## Sagitta Design

The design phase is the first step into technical aspects of the projects. Most subsystems follow a path that starts from an idea of how to solve a problem and arrives to the final solution; usually the path isn't straight but iterative instead. This project approach also involves a test phase, if the technology is not tested yet.

Let's focus on the various steps:

1) Requirements of the subsystem: we have to find what the subsystem must do and "how well". For example: we want recover the Sagitta rocket system, we need a recovery subsystem. This subsystem can be whatever comes in your mind, as long as it saves the rocket.

2) Preliminary design: in this phase the subsystem is analyzed with mathematical models or with quick real world tests. At this step the first mass budget is outlined.

3) Final design: most critical parts are analyzed through FEM or CFD for mass minimization.

4) Testing: construction of a mockup to test the effective feasibility of the subsystem. Moreover structural load are applied to simulate stresses during operational phase but in safe conditions. This step is required if the technology is new. At this stage a precise mass budget can be calculated.

5) Iterating: after tests on a mockup it is possible to get back at step 2) or 3): this is caused by underestimations or errors.

After these steps the construction of the final subsystem is eventually possible.

## Fins Design and Verification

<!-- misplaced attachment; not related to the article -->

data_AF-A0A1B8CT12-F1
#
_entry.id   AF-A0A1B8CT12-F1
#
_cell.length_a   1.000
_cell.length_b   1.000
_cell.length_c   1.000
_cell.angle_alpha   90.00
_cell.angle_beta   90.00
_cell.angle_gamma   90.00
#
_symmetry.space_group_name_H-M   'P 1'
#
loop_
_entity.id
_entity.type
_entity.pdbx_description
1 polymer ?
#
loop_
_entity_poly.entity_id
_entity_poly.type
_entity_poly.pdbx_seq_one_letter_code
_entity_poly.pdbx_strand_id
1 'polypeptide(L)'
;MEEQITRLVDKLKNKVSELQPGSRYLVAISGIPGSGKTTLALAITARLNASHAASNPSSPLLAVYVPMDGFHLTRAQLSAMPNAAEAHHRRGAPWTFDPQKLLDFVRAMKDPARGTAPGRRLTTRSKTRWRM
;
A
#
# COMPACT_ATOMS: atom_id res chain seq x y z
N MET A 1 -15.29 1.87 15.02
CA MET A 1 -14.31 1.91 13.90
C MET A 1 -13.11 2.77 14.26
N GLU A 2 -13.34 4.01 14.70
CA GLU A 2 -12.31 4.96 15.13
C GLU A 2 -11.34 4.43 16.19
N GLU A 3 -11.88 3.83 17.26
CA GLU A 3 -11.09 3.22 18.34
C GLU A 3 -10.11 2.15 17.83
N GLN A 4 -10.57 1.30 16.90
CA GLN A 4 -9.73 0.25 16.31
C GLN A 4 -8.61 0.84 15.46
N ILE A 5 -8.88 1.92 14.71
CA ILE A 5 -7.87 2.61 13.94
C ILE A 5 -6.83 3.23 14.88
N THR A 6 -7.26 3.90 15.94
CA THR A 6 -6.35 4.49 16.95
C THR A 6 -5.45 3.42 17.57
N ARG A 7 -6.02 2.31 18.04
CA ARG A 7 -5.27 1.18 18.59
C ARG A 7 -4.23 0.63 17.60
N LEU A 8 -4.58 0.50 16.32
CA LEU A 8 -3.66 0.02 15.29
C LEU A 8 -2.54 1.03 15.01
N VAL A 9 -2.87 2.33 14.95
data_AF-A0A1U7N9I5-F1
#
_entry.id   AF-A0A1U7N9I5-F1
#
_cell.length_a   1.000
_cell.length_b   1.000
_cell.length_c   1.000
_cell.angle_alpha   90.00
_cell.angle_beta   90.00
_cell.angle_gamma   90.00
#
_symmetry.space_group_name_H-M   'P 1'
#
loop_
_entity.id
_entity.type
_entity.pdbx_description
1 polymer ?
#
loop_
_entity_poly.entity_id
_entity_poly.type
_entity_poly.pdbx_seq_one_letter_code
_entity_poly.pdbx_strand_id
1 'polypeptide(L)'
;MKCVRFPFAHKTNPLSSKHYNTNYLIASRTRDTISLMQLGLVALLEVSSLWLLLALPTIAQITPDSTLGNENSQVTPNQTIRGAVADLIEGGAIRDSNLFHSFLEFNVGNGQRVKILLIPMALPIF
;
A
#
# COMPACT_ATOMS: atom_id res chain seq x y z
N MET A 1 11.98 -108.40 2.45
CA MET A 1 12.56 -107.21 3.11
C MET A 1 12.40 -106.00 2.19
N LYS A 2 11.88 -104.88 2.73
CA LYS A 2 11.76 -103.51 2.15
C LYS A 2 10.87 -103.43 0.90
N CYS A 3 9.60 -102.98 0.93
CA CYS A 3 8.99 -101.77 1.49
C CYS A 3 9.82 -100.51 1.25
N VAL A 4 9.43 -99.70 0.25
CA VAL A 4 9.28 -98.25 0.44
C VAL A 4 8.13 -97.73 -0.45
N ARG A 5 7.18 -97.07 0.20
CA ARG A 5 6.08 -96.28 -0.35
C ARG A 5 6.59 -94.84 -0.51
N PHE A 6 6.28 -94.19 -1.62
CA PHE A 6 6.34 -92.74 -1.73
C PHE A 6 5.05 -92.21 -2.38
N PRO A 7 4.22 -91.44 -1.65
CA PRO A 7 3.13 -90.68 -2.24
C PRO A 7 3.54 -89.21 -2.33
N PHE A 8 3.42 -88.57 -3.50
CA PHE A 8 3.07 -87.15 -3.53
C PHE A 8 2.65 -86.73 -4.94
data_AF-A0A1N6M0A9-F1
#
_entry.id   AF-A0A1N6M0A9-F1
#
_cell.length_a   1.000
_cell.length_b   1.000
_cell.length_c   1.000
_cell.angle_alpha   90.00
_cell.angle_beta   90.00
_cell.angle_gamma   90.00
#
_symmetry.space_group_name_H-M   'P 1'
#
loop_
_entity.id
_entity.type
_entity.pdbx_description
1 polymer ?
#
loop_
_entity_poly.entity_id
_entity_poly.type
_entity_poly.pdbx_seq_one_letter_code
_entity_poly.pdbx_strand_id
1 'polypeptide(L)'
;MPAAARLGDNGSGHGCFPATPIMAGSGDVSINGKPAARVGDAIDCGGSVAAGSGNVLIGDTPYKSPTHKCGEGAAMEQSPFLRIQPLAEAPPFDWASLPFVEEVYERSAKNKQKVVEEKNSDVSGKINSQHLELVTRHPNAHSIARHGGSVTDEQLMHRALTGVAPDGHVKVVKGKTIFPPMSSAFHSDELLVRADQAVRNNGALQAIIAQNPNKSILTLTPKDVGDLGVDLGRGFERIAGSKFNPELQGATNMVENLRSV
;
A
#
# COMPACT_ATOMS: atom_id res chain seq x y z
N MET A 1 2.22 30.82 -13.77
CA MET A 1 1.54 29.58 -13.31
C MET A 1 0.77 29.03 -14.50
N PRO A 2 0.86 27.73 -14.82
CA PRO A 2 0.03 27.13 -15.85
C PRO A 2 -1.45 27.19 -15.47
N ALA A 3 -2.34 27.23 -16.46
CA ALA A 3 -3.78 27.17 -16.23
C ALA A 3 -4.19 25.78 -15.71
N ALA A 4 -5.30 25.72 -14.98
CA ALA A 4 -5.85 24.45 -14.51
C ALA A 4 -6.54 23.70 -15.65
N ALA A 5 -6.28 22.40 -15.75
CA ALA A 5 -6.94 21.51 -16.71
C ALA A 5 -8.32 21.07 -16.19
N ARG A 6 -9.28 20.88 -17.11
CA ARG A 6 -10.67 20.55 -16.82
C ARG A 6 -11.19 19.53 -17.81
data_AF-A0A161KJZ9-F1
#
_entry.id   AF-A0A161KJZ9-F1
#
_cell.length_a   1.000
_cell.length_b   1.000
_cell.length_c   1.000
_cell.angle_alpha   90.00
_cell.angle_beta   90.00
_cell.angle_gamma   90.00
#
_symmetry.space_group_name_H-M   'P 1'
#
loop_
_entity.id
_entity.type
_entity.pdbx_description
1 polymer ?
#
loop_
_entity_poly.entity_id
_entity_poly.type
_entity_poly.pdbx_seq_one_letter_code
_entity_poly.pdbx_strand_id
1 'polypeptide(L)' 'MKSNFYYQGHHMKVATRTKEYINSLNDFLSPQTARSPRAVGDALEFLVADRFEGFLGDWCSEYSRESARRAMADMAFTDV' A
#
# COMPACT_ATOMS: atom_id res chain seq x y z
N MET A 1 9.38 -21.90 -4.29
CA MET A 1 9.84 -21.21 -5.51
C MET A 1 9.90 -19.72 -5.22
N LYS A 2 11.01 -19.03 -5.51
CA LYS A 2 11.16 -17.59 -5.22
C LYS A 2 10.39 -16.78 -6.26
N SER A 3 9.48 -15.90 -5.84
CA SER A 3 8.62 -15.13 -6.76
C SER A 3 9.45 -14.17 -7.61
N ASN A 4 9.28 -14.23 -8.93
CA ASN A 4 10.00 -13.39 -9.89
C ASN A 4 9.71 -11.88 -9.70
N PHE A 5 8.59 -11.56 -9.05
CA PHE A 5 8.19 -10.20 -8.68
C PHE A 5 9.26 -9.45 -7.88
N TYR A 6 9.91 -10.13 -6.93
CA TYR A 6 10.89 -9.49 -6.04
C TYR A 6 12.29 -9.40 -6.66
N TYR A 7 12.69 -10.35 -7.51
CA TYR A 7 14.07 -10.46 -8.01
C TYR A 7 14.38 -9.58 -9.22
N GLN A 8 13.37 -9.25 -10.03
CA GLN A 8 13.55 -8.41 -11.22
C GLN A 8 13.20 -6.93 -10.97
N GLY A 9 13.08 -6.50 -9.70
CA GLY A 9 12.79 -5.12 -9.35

Alpha. |
CL vs Alpha. |
Pitch. |

Fins have the important task of passive trajectory stabilization. Passive means that there isn't any controlled actuator that can change their attitude. If attitude can't be changed with active systems, then the rocket must be aerodynamically stable. In other words: if a perturbating force or moment acts on the rocket and deviates it from the initial orientation, then the rocket has to aim back to its original heading. It works like a mass-spring-damper system.
The first step is to find an efficient foil that is suitable for a rocket fin. It's wrong to think thinner equals better. Why? Because if you want to make your rocket stable you have to generate a lift force that balances a deviation moment. Lift is given by 1/2rho*V^2*CL*S where CL is the lift coefficient and S is the fin surface. If you consider a thin foil it will stall before a thicker one. So, to avoid stall, you need more surface! What does it mean? That increasing surface you increase drag: D=1/2rho*V^2*CD*S. Increasing drag reduces the apogee; or, from another point of view, makes your motor bigger (and heavier) to reach the same altitude. The most suitable foil is the one which carries the lower CD*S. It has been estimated that a maximum 10N lateral force can be generated by the rocket motor during combustion.

This is the perturbation value considered while designing the passive stabilization.

## Structure

Retaining ring FEM 1. |
Retaining ring FEM 1. |